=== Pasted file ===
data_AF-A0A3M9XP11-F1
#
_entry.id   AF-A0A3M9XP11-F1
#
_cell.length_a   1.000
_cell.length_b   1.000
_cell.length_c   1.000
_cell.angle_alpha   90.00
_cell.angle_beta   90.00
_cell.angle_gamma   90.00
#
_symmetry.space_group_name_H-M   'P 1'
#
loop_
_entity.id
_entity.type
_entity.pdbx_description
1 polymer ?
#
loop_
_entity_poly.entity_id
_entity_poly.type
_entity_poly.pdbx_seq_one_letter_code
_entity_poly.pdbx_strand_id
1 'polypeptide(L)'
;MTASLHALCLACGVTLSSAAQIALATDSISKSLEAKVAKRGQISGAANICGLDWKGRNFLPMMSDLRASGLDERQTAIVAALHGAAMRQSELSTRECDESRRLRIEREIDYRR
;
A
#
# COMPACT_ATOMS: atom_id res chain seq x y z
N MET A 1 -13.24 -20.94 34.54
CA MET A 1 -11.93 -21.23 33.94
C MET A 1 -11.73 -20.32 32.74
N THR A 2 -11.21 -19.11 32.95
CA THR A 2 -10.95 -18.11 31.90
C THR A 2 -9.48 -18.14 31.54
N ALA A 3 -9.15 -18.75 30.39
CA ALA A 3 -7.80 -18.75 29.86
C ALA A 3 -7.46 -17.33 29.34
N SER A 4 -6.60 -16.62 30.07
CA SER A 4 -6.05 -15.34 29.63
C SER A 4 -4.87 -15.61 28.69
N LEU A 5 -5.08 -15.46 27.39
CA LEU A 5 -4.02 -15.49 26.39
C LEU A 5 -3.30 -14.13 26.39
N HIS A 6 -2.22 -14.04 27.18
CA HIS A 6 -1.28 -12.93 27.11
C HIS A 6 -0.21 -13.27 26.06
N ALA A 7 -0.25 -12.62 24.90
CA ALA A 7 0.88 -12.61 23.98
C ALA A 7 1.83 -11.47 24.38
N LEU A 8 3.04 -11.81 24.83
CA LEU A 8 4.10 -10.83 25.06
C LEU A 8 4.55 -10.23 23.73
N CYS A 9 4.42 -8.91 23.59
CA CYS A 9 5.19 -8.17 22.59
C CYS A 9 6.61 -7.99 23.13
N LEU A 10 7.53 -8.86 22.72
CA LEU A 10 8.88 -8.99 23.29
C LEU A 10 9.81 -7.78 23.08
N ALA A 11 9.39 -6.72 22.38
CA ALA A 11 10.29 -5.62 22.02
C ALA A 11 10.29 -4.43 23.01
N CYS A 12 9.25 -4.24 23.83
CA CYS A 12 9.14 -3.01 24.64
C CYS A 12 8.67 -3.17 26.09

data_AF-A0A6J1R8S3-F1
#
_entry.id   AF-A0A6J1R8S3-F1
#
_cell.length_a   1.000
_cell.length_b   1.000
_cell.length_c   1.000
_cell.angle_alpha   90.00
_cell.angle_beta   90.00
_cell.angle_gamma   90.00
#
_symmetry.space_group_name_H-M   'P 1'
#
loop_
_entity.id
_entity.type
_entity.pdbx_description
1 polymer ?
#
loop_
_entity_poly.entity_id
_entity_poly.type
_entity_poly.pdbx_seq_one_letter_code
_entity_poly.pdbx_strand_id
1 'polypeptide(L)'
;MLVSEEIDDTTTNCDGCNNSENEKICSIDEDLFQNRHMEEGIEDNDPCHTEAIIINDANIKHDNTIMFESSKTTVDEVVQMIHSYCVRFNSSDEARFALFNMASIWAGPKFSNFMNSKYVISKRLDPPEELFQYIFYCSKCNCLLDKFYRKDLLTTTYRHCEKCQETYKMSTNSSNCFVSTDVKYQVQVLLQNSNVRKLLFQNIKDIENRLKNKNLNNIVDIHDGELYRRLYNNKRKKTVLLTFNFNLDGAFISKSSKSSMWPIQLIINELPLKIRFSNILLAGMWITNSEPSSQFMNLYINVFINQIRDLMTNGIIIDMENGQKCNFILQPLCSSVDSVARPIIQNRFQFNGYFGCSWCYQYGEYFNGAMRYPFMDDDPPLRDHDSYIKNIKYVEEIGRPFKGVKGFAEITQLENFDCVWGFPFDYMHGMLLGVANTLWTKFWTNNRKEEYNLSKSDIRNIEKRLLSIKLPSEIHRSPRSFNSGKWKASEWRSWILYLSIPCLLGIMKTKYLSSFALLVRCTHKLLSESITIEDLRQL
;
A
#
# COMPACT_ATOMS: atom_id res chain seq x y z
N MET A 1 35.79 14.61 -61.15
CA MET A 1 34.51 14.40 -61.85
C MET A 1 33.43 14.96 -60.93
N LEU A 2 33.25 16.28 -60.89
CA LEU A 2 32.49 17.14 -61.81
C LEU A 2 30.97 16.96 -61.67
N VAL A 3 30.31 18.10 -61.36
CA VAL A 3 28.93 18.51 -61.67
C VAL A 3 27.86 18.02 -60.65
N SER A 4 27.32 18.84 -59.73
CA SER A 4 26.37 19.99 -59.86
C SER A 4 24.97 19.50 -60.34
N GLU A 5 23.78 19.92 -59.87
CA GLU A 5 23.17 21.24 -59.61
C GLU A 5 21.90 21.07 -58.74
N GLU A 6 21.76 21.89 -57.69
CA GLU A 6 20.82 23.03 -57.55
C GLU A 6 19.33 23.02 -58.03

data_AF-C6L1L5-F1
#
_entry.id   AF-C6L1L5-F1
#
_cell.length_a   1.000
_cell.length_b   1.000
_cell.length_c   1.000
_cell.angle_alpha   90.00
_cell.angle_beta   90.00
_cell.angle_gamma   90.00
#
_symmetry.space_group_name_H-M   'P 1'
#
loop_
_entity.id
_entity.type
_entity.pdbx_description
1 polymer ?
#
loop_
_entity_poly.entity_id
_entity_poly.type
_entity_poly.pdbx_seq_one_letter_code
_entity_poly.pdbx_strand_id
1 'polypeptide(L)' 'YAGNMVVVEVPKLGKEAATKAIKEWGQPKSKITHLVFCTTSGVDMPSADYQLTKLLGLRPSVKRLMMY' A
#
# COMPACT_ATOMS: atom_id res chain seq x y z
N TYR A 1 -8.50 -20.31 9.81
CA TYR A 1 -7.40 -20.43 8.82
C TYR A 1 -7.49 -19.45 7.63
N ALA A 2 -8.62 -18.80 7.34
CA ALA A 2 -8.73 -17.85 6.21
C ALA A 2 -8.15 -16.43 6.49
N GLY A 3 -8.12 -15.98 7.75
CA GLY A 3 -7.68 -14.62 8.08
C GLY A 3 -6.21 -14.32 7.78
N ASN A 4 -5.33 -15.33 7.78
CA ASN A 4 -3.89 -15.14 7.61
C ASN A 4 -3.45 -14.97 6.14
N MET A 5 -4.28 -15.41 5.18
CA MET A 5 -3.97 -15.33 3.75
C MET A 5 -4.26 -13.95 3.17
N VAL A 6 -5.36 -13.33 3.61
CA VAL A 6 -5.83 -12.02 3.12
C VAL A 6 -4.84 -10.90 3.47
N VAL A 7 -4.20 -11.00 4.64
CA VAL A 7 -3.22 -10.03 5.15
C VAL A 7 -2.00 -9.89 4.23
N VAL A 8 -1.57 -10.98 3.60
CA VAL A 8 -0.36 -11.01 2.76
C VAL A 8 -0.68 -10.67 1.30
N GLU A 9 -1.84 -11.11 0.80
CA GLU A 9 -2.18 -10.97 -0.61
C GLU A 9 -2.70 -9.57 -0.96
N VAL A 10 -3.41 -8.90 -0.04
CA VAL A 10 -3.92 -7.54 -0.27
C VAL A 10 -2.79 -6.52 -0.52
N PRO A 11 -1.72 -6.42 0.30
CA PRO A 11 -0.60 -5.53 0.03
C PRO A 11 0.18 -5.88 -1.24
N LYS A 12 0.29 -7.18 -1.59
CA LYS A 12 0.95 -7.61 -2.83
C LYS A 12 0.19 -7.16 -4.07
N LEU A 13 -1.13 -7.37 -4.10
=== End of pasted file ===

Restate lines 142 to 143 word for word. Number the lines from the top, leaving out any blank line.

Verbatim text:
N TYR A 1 -8.50 -20.31 9.81
CA TYR A 1 -7.40 -20.43 8.82